May the example of those who were exterminated here between 1933 and 1945 because they resisted Naziism – help to unite the living for the defense of peace, and freedom and in respect for their fellow man.

I left the camp and decided to take the bus back to the train station where twenty minutes later I was back on a S-Bahn train to Munich.

You may wonder why I took the time to go into such detail about this walk. The answer is the same that I choose to walk civil war battlefields, it is to being to try to understand what the people there were seeing and experiencing. Of course there were the prisoners who were so savagely treated by their jailers. Then there were the bystanders, the citizens of Dachau and other German cities who watched as Jews, political enemies, and others were marched to the camp, which was not a secret installation. Finally, there were the perpetrators, very few of whom were punished for their actions.

But another reason is that the survivors, be they victims, perpetrators, or bystanders are rapidly passing away. Soon none will be left. When that happens it is up to us the living to ensure that this is not forgotten and that those murdered at Dachau, the other Concentration Camps, the extermination camps, and those killed by the murder squads that went from one end of Europe to the other in a systematic attempt to wipe every Jew that they could find off of the face of the earth. Yes, there were other victims, but the Nazi crusade against the Jews knew no boundaries, physical or time included. Unlike every other genocide it extended beyond national borders, or time; it was an eschatological crusade that by the will of Hitler was limited by only one factor, the complete military defeat that was inflicted on Nazi Germany by those who she attacked.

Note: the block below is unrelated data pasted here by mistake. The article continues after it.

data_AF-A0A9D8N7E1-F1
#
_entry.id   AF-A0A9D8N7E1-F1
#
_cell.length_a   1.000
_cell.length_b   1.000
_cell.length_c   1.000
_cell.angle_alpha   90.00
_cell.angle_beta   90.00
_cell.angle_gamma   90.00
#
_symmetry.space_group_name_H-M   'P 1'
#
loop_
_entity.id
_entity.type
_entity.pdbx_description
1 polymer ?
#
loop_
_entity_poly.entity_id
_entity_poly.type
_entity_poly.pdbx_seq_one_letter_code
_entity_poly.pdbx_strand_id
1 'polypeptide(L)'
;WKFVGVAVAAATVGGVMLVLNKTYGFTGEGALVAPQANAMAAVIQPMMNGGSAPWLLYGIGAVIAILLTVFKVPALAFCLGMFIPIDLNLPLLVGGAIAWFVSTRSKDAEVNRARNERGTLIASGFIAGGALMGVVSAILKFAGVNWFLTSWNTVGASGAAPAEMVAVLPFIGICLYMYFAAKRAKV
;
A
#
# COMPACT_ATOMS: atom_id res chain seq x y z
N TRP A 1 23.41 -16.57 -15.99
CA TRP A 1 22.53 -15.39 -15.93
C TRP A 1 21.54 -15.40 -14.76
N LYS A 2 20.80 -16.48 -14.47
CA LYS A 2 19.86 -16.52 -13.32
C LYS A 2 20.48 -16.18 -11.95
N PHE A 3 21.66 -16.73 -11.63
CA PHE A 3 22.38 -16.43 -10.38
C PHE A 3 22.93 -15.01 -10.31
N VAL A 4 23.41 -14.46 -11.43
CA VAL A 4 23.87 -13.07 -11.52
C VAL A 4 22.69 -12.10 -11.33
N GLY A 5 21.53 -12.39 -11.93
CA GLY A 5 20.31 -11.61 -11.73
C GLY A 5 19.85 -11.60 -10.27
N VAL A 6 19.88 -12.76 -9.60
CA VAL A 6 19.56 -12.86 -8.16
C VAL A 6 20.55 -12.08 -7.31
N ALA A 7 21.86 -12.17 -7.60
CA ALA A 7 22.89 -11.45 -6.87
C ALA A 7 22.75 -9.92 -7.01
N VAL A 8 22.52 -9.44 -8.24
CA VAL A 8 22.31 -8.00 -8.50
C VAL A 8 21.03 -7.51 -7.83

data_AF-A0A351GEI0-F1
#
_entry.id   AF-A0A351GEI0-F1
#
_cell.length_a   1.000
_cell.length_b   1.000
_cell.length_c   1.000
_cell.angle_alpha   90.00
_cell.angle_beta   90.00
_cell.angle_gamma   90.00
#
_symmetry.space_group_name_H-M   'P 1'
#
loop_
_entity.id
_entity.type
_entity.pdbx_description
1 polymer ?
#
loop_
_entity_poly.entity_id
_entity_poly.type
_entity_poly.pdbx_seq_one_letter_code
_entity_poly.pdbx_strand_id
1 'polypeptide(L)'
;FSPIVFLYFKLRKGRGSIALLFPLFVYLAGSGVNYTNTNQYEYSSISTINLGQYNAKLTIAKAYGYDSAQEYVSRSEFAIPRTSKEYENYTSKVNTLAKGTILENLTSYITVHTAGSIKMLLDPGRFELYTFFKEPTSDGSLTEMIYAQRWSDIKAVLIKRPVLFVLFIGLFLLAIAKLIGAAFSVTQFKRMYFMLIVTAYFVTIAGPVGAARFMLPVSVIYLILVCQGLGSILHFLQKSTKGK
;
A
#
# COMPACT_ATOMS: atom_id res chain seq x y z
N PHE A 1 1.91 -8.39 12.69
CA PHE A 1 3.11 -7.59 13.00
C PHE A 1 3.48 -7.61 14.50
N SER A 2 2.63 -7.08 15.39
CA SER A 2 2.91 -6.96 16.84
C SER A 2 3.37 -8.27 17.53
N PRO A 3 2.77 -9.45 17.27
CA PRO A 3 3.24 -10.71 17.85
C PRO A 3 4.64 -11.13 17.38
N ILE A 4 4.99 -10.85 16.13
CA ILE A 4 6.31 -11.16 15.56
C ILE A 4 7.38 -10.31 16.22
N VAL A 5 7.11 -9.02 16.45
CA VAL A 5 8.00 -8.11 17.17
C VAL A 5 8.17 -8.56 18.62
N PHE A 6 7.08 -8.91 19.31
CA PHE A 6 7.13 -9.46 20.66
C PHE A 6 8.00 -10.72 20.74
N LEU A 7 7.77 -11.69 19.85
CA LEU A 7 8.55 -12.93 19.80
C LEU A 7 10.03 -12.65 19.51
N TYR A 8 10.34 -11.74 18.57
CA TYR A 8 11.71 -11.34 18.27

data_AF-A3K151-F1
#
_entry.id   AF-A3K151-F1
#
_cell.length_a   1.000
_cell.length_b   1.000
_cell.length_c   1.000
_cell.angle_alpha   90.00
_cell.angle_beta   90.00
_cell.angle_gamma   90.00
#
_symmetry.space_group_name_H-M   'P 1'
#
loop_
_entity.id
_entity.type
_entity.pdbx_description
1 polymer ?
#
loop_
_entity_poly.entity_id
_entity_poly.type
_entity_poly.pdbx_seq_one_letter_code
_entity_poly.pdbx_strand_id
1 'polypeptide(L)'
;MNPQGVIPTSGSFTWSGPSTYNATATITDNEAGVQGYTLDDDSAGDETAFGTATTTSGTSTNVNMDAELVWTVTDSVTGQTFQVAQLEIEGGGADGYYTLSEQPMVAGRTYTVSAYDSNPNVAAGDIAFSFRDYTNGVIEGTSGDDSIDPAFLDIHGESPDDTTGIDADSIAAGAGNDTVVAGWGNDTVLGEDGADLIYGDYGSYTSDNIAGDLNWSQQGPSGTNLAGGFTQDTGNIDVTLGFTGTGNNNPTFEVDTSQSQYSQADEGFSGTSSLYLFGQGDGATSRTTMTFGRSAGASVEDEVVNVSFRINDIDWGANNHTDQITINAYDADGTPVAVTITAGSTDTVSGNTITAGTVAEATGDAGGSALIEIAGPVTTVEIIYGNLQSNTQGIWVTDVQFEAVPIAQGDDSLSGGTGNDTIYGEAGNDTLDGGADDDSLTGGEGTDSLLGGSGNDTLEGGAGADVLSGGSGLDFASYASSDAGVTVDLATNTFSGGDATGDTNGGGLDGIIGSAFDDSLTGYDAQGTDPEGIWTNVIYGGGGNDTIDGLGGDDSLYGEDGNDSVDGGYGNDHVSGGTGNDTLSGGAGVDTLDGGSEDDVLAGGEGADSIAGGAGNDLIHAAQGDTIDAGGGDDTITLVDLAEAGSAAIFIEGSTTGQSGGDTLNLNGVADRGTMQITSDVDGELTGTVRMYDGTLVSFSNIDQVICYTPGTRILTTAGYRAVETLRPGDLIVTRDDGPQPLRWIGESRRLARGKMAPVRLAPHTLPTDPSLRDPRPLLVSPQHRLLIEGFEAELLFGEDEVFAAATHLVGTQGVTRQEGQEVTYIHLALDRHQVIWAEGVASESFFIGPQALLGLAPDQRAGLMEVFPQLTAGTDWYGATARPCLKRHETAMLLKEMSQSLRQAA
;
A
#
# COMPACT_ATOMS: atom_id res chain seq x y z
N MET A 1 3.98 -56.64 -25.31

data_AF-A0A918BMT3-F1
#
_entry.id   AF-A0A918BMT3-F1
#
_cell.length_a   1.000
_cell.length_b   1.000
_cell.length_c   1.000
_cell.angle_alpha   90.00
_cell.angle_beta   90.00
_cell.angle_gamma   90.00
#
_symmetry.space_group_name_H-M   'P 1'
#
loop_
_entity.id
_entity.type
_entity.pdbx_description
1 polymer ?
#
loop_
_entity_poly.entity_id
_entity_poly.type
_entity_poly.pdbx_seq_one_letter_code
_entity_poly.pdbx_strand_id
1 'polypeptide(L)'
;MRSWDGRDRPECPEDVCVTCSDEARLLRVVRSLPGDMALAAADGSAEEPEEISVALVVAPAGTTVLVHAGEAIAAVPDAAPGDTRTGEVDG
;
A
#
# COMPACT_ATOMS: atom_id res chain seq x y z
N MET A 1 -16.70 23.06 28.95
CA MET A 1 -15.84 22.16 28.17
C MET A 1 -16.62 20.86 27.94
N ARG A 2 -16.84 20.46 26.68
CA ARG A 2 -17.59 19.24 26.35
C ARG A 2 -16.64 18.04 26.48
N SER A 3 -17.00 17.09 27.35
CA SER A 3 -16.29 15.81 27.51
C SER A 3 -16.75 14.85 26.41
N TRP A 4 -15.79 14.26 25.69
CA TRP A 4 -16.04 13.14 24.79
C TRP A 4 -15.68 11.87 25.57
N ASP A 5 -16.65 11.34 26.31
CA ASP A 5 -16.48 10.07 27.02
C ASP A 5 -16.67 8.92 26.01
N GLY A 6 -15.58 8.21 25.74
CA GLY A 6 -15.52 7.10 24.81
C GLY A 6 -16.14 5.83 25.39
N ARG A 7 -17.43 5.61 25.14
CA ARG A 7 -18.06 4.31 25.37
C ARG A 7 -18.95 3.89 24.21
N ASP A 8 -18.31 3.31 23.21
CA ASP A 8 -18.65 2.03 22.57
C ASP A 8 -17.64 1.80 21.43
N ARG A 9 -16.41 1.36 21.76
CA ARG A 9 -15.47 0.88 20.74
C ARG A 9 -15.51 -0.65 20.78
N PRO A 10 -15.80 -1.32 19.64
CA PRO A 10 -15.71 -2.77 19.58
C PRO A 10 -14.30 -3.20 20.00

Finally, the story must be told because there are those who either claim it didn’t happen, or are tired of talking about it. In Germany those include leaders of the new-Nazi AfD (Alternative for Germany) Party. In the United States, Britain, and other nations there are members of many new-Nazi and Alt-Right groups who desire very much the same thing, but if decent people decide not to speak out, if we remain silent, there is nothing anywhere that will keep these ideological descendants of Hitler from beginning it again, if not to the Jews, to other despised racial, religious, ethnic, or ideological groups. We live in a world where demagogues take advantage of people’s legitimate anxieties and deeply ingrained prejudices to stir up ungodly anger and hatred in order to both gain new followers and to incite those followers to a campaign of violence.

Doctor Timothy Snyder wrote:

“The European history of the twentieth century shows us that societies can break, democracies can fall, ethics can collapse, and ordinary men can find themselves standing over death pits with guns in their hands. It would serve us well today to understand why.”

Today among other things I will visit sites associated with Sophie Scholl. She was a young Christian college student who led the opposition group the White Rose, which during 1941-1943 attempted to tell the truth about what the Nazis were doing. They were found out, and most after trial were beheaded in Munich. There is a small marker to her and the group just about a block from the hotel on the wall of a building. Her grave is in a cemetery less than a mile from the hotel.

The one thing about Germany as opposed to other nations, including Japan in China, Korea, and much of Asia, Russia and the mass exterminations of Stalin’s time, Belgium in the Congo, Britain in many of its colonies, much of Eastern Europe, Turkey, and yes, even the United States has faced its responsibility to remember the victims of their most evil and lawless government. If only other nations would take such deliberate steps to acknowledge their crimes. It may have taken over a generation for that to become a part of Germany’s being and part of their moral voice today. In Germany the monuments stand not to the perpetrators, but to the victims. An they are not just monuments, dedicated to memory, but the German words Denkmal and gedenkstatte contain the German word for think, meaning that they are not just there for people to remember a mythological past, but rather to be a part of the now living the history of those days for the living to ponder and to serve as a warning that it can happen again.